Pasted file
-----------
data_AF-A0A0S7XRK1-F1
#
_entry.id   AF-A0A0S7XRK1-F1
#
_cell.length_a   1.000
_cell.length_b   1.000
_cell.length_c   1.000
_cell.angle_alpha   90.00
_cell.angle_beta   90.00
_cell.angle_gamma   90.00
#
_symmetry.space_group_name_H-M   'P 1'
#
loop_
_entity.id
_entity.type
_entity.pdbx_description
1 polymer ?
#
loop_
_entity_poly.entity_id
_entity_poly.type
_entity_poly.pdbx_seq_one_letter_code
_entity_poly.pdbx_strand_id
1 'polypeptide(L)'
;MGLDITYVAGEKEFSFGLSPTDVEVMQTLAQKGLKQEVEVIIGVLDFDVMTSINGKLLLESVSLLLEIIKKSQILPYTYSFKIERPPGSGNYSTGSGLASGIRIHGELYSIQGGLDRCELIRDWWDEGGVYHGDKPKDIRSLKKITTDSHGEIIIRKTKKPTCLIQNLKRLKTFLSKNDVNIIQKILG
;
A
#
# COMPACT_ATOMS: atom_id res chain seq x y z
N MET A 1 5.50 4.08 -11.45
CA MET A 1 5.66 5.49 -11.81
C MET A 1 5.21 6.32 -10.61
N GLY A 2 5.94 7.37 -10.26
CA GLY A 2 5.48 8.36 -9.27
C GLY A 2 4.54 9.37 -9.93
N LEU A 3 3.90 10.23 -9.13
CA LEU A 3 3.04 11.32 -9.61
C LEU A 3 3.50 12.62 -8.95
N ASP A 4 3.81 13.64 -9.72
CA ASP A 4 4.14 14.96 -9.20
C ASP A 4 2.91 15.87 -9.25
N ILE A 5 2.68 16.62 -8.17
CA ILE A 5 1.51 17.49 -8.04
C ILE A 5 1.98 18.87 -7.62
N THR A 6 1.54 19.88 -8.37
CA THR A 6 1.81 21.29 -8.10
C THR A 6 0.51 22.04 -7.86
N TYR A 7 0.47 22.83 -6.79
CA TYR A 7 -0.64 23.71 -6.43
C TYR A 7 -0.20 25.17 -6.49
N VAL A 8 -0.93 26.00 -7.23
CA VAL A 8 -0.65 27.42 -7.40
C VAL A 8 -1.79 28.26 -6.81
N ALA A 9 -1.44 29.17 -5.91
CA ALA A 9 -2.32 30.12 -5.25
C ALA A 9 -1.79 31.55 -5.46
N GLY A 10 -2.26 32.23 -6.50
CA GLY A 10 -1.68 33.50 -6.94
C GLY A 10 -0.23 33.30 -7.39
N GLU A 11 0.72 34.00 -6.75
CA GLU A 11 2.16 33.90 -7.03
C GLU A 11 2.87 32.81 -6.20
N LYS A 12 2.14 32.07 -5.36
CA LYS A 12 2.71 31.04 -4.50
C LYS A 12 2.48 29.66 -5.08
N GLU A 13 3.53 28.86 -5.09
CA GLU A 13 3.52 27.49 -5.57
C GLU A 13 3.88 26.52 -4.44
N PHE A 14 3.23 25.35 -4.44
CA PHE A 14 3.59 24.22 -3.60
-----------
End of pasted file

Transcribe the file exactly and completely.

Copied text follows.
data_AF-A0A0S7XRK1-F1
#
_entry.id   AF-A0A0S7XRK1-F1
#
_cell.length_a   1.000
_cell.length_b   1.000
_cell.length_c   1.000
_cell.angle_alpha   90.00
_cell.angle_beta   90.00
_cell.angle_gamma   90.00
#
_symmetry.space_group_name_H-M   'P 1'
#
loop_
_entity.id
_entity.type
_entity.pdbx_description
1 polymer ?
#
loop_
_entity_poly.entity_id
_entity_poly.type
_entity_poly.pdbx_seq_one_letter_code
_entity_poly.pdbx_strand_id
1 'polypeptide(L)'
;MGLDITYVAGEKEFSFGLSPTDVEVMQTLAQKGLKQEVEVIIGVLDFDVMTSINGKLLLESVSLLLEIIKKSQILPYTYSFKIERPPGSGNYSTGSGLASGIRIHGELYSIQGGLDRCELIRDWWDEGGVYHGDKPKDIRSLKKITTDSHGEIIIRKTKKPTCLIQNLKRLKTFLSKNDVNIIQKILG
;
A
#
# COMPACT_ATOMS: atom_id res chain seq x y z
N MET A 1 5.50 4.08 -11.45
CA MET A 1 5.66 5.49 -11.81
C MET A 1 5.21 6.32 -10.61
N GLY A 2 5.94 7.37 -10.26
CA GLY A 2 5.48 8.36 -9.27
C GLY A 2 4.54 9.37 -9.93
N LEU A 3 3.90 10.23 -9.13
CA LEU A 3 3.04 11.32 -9.61
C LEU A 3 3.50 12.62 -8.95
N ASP A 4 3.81 13.64 -9.72
CA ASP A 4 4.14 14.96 -9.20
C ASP A 4 2.91 15.87 -9.25
N ILE A 5 2.68 16.62 -8.17
CA ILE A 5 1.51 17.49 -8.04
C ILE A 5 1.98 18.87 -7.62
N THR A 6 1.54 19.88 -8.37
CA THR A 6 1.81 21.29 -8.10
C THR A 6 0.51 22.04 -7.86
N TYR A 7 0.47 22.83 -6.79
CA TYR A 7 -0.64 23.71 -6.43
C TYR A 7 -0.20 25.17 -6.49
N VAL A 8 -0.93 26.00 -7.23
CA VAL A 8 -0.65 27.42 -7.40
C VAL A 8 -1.79 28.26 -6.81
N ALA A 9 -1.44 29.17 -5.91
CA ALA A 9 -2.32 30.12 -5.25
C ALA A 9 -1.79 31.55 -5.46
N GLY A 10 -2.26 32.23 -6.50
CA GLY A 10 -1.68 33.50 -6.94
C GLY A 10 -0.23 33.30 -7.39
N GLU A 11 0.72 34.00 -6.75
CA GLU A 11 2.16 33.90 -7.03
C GLU A 11 2.87 32.81 -6.20
N LYS A 12 2.14 32.07 -5.36
CA LYS A 12 2.71 31.04 -4.50
C LYS A 12 2.48 29.66 -5.08
N GLU A 13 3.53 28.86 -5.09
CA GLU A 13 3.52 27.49 -5.57
C GLU A 13 3.88 26.52 -4.44
N PHE A 14 3.23 25.35 -4.44
CA PHE A 14 3.59 24.22 -3.60